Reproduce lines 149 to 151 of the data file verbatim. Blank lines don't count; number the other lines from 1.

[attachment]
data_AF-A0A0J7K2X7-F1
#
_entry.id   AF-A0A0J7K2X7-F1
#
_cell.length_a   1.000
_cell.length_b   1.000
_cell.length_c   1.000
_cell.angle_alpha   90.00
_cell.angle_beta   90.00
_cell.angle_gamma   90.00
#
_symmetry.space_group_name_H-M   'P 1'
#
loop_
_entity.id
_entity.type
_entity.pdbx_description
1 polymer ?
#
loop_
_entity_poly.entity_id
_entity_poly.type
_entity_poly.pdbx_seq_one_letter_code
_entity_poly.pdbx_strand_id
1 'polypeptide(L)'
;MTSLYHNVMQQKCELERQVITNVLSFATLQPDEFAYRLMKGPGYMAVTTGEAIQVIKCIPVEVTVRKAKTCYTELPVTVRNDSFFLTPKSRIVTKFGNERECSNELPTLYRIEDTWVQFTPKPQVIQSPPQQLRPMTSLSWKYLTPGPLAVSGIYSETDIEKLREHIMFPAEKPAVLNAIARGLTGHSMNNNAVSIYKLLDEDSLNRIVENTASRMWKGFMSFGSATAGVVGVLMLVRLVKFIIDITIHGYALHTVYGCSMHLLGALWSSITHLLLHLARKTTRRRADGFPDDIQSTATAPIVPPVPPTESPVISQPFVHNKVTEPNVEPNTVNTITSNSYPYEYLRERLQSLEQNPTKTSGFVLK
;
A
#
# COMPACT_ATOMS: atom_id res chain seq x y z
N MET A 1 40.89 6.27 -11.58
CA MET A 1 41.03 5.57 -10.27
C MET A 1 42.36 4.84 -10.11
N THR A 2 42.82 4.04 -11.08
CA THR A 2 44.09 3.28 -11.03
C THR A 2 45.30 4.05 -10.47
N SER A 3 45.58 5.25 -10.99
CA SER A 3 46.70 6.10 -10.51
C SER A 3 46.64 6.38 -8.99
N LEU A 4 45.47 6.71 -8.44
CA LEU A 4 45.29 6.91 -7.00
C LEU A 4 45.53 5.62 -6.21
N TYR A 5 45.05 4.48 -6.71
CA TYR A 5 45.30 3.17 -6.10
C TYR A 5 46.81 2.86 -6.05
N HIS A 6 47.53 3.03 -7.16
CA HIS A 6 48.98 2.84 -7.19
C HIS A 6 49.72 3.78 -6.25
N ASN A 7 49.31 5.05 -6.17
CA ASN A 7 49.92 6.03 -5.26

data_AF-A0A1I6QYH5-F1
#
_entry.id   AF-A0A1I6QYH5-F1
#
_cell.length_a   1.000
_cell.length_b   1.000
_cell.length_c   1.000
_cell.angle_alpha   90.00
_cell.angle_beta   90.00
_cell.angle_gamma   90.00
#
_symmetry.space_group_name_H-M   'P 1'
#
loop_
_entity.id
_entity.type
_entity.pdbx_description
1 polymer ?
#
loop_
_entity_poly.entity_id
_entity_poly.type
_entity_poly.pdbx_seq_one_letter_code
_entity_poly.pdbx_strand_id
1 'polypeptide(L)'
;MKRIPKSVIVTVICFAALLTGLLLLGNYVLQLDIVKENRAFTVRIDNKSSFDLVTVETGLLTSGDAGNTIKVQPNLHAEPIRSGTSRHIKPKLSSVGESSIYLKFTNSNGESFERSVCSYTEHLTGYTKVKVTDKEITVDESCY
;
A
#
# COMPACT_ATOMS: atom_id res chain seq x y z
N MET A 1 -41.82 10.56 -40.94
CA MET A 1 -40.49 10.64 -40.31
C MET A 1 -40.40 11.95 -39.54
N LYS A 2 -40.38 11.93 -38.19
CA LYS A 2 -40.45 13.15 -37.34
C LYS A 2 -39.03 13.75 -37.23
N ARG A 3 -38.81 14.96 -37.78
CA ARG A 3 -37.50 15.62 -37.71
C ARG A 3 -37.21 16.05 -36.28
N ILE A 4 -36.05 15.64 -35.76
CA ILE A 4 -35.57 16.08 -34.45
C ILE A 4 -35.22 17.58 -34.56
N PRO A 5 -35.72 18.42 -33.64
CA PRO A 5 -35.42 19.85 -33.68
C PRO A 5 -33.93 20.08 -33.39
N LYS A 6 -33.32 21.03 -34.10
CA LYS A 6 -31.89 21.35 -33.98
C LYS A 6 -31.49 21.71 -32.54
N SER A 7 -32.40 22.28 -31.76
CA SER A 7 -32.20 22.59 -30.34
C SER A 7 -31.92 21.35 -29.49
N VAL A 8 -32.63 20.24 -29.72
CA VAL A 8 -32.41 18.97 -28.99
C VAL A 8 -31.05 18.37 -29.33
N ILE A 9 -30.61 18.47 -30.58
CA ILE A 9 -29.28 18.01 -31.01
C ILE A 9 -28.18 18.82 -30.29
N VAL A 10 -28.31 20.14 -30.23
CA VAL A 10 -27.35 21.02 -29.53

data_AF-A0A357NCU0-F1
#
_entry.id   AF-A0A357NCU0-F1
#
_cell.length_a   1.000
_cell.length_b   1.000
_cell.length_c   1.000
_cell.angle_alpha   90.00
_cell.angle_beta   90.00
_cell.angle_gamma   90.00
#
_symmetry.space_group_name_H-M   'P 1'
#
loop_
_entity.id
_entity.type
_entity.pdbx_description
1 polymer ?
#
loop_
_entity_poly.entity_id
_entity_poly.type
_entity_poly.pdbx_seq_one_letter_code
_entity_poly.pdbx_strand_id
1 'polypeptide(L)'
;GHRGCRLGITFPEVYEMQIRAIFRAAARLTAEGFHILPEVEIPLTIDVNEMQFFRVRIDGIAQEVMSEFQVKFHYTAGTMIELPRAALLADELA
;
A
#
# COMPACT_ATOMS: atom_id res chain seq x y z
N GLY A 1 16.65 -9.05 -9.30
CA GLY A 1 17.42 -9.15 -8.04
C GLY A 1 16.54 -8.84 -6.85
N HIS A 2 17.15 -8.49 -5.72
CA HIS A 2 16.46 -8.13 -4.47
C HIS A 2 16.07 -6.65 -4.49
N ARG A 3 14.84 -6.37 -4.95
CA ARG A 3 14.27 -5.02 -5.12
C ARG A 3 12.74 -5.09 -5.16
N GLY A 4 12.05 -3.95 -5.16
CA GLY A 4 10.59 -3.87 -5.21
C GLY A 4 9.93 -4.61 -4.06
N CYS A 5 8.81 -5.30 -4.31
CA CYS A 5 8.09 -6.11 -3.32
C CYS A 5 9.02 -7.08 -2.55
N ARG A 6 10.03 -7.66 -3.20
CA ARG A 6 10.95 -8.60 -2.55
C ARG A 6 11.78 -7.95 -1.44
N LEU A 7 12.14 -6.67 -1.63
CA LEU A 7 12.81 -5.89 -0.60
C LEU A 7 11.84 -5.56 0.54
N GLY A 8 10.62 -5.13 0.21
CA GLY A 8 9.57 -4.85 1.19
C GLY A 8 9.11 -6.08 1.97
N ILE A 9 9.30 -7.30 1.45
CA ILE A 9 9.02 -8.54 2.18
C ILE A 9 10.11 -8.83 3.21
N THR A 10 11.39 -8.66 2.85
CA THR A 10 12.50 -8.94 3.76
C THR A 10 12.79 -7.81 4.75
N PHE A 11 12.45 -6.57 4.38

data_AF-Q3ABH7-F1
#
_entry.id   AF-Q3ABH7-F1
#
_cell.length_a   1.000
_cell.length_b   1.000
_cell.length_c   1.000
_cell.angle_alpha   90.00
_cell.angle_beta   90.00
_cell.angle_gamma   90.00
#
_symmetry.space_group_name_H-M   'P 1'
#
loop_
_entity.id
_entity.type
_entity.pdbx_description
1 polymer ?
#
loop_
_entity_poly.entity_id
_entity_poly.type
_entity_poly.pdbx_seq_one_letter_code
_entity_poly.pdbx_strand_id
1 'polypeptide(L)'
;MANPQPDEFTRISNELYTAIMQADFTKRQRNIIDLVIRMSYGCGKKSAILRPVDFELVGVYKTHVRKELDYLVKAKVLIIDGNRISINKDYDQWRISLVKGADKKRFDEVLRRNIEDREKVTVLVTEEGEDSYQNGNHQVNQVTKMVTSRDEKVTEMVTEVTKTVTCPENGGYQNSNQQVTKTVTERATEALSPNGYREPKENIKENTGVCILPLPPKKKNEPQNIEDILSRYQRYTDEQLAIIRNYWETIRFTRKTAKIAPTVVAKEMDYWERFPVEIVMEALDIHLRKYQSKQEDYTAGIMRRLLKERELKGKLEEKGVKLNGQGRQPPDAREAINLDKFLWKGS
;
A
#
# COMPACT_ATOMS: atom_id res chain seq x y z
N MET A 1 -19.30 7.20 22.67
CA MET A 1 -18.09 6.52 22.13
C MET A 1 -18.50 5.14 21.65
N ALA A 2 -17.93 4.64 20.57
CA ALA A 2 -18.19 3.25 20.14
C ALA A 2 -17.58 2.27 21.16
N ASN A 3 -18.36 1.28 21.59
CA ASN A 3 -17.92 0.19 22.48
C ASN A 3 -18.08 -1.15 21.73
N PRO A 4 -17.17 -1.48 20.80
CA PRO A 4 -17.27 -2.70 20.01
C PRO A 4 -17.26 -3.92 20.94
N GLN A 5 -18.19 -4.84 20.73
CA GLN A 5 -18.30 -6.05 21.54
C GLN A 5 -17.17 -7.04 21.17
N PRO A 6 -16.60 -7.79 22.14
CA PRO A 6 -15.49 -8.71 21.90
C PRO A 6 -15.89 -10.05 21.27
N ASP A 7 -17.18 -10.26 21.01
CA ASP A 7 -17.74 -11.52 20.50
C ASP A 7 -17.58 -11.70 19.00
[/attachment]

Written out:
N GLY A 4 12.05 -3.95 -5.16
CA GLY A 4 10.59 -3.87 -5.21
C GLY A 4 9.93 -4.61 -4.06